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Spoon-Bending 'Paranormalist' Ramps Up Illegal Attacks on Online Critic

June 12, 2007

Spoon-Bending 'Paranormalist' Ramps Up Illegal Attacks on Online Critic

More Bogus Copyright Claims in Uri Geller's Frivolous Lawsuit

San Francisco - The Electronic Frontier Foundation (EFF) urged a judge Monday to dismiss a frivolous lawsuit filed by Uri Geller -- the "paranormalist" famous for seemingly bending spoons with his mind -- because of its blatant attempt to silence critic Brian Sapient with bogus copyright claims.

Geller's quest to shut down Sapient's criticism started when Sapient uploaded video to YouTube challenging Geller's assertions about his mental powers. The 14-minute segment came from a NOVA television program, but Geller and his corporation Explorologist Ltd. claimed the video infringed its own copyrights and had the video removed from YouTube. Sapient filed a counter-notice under the Digital Millennium Copyright Act (DMCA), had the video restored to YouTube, and sued Geller for misrepresentation.

As Sapient was challenging Geller's meritless claims, Explorologist filed a separate lawsuit against Sapient. The suit includes more bogus charges, with many of them based on the assertion that Explorologist has the copyright to eight seconds of the introductory footage in the NOVA video. EFF's motion to dismiss the case points out the numerous holes in this claim, arguing that even if it were true, eight seconds is a classic fair use -- especially given the critical purposes of the use. The brief also argues that Section 230 of the Communications Decency Act protects Sapient from infringement claims and other charges in Explorologist's complaint, immunizing Sapient as the publisher of third-party content.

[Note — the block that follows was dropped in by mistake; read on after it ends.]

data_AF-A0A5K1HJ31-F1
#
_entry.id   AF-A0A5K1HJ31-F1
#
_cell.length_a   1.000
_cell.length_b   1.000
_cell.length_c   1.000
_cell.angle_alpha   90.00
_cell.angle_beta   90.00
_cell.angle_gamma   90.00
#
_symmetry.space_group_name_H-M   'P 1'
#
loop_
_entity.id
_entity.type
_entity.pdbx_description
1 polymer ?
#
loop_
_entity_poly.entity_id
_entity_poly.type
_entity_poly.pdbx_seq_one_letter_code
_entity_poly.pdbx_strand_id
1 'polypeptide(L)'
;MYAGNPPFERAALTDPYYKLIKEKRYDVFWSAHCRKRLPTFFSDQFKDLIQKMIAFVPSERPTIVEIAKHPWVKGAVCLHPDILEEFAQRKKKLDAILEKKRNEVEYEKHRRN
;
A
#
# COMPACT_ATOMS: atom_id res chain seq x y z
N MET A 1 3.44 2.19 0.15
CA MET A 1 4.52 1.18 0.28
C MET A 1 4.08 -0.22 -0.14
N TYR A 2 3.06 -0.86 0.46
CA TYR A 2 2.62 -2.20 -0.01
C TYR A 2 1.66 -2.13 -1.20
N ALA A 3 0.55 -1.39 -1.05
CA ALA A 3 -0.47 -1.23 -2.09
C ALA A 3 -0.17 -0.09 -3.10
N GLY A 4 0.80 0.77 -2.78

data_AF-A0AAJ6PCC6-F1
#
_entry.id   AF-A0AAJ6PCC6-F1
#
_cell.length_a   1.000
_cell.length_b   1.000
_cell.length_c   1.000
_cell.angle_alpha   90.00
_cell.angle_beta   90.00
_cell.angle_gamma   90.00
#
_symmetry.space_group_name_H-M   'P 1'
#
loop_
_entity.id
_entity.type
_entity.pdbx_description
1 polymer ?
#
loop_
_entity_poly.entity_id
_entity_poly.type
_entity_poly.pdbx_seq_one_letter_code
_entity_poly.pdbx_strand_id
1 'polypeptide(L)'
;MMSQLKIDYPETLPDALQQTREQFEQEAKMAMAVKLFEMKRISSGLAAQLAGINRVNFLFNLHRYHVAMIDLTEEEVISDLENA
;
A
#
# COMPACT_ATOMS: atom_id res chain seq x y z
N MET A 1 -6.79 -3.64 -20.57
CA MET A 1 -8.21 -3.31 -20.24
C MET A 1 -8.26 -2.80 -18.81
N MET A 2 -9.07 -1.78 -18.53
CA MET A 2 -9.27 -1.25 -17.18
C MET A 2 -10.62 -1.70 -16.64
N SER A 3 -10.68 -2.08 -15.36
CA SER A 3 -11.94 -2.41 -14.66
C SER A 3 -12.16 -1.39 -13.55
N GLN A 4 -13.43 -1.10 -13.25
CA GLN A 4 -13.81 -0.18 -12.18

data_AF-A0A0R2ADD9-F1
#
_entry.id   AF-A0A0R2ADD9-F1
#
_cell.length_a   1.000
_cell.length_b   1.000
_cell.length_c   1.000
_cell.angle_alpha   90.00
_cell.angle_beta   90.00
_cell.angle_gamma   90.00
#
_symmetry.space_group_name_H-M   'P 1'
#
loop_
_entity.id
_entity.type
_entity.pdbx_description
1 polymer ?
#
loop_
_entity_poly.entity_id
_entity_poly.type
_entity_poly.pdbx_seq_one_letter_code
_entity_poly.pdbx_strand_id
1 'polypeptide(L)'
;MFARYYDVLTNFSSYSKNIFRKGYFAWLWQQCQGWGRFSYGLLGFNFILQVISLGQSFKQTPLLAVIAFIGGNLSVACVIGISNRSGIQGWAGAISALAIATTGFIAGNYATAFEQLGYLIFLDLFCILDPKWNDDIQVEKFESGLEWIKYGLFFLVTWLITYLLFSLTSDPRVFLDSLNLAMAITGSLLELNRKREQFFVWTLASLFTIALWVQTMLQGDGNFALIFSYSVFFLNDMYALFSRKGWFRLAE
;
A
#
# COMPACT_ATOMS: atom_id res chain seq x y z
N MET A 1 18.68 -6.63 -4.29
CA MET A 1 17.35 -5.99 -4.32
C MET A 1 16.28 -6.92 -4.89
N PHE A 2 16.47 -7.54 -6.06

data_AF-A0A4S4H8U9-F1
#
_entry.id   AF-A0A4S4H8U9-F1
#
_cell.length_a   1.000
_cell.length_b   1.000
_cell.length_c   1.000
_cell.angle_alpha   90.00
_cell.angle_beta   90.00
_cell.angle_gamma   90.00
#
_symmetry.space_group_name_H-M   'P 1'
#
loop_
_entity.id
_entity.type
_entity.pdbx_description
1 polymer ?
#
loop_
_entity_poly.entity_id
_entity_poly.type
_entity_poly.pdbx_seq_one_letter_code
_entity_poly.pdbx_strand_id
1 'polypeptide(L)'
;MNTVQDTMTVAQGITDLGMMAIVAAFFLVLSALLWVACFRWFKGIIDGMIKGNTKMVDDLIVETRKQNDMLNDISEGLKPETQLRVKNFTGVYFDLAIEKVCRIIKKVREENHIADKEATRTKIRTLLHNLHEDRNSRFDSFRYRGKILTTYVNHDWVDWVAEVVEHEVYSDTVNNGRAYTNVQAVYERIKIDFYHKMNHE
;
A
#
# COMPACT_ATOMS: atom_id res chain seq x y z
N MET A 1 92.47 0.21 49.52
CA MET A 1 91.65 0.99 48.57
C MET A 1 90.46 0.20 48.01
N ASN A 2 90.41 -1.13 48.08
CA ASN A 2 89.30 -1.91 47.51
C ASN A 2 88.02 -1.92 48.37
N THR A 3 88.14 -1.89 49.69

"Copyright law is meant to protect creative artists, not hypersensitive public figures who don't like criticism," said EFF Senior Staff Attorney Jason Schultz. "The First Amendment does not allow Geller or his corporation to silence legitimate discussion of his abilities."

Meanwhile, Sapient's lawsuit against Geller is still pending before the Northern District of California. The suit asks for damages due to Geller's DMCA violation, a declaratory judgment that the NOVA video does not infringe Geller's copyrights, and Geller to be restrained from bringing any further legal action against Sapient in connection to the clip.

For the full motion to dismiss Geller's suit:
http://eff.org/legal/cases/sapient_v_geller/sapient_motiontodismiss.pdf

For more on Sapient v. Geller:
http://eff.org/legal/cases/sapient_v_geller

Contacts:

Corynne McSherry
Staff Attorney
Electronic Frontier Foundation
corynne@eff.org

Jason Schultz
Senior Staff Attorney
Electronic Frontier Foundation
jason@eff.org

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